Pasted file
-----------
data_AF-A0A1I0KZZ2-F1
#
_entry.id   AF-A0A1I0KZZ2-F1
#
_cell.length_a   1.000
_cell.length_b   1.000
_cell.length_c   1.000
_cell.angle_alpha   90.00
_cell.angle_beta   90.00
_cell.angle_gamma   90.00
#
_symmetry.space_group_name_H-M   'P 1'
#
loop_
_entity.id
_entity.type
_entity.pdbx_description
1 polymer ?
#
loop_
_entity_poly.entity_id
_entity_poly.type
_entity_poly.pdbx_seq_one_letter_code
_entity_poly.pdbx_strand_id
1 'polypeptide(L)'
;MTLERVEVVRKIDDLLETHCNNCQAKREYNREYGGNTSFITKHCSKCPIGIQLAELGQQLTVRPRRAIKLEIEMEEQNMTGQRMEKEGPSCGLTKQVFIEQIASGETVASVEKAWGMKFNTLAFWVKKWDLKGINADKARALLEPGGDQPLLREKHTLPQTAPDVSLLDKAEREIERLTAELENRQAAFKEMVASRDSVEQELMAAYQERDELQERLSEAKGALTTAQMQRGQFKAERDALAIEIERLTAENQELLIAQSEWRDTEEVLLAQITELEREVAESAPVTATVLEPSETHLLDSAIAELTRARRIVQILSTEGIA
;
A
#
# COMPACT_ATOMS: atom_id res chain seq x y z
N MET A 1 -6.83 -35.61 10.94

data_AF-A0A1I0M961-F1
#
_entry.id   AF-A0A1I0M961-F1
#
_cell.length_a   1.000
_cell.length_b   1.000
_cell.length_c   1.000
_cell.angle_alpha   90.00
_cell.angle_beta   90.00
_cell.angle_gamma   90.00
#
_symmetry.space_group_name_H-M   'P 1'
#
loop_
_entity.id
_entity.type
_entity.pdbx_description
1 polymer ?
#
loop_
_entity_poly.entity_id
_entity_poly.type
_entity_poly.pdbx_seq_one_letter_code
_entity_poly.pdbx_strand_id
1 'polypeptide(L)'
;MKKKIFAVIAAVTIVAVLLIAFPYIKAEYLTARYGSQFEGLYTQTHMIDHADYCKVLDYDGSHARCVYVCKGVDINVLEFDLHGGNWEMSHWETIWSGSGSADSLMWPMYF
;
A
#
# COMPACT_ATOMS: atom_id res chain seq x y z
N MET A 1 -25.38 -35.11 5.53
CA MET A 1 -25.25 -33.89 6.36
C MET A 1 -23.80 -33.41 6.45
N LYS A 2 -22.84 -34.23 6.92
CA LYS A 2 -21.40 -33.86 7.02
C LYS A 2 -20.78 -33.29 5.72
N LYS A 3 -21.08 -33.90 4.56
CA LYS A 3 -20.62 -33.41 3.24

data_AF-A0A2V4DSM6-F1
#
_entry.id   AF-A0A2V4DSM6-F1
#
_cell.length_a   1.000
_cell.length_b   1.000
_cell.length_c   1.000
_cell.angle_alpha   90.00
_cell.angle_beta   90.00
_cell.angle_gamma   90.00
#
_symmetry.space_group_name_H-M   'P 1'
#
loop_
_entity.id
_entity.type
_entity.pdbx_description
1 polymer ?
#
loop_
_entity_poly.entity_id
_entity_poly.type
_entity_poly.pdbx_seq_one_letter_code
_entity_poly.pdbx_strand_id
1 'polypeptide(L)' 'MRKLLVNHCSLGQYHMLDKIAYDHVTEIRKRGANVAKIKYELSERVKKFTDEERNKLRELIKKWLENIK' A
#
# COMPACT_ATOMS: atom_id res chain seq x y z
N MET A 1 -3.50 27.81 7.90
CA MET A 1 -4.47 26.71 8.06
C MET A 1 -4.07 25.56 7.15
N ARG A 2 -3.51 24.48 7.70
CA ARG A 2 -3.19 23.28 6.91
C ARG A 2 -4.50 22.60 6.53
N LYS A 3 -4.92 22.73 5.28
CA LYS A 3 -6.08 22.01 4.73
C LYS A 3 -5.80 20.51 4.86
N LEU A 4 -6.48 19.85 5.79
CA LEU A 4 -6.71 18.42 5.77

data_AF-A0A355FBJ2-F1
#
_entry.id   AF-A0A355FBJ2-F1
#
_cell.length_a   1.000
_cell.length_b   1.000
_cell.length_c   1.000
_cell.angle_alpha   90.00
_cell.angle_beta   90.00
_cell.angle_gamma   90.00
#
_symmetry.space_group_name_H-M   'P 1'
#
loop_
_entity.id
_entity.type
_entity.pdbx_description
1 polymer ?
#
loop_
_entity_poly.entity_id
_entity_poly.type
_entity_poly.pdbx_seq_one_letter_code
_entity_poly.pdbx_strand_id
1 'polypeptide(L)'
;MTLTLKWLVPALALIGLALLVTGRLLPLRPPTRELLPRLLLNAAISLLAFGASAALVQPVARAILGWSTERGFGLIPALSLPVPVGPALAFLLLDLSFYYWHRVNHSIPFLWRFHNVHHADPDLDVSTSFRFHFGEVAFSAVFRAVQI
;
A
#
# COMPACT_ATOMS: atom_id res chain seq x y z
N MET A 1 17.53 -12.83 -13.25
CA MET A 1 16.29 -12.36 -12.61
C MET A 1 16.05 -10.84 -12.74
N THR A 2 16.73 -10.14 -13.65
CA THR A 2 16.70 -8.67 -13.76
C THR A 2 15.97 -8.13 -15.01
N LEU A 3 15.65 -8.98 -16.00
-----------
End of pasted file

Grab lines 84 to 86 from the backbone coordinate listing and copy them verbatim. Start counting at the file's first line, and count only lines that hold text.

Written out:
_entity.id
_entity.type
_entity.pdbx_description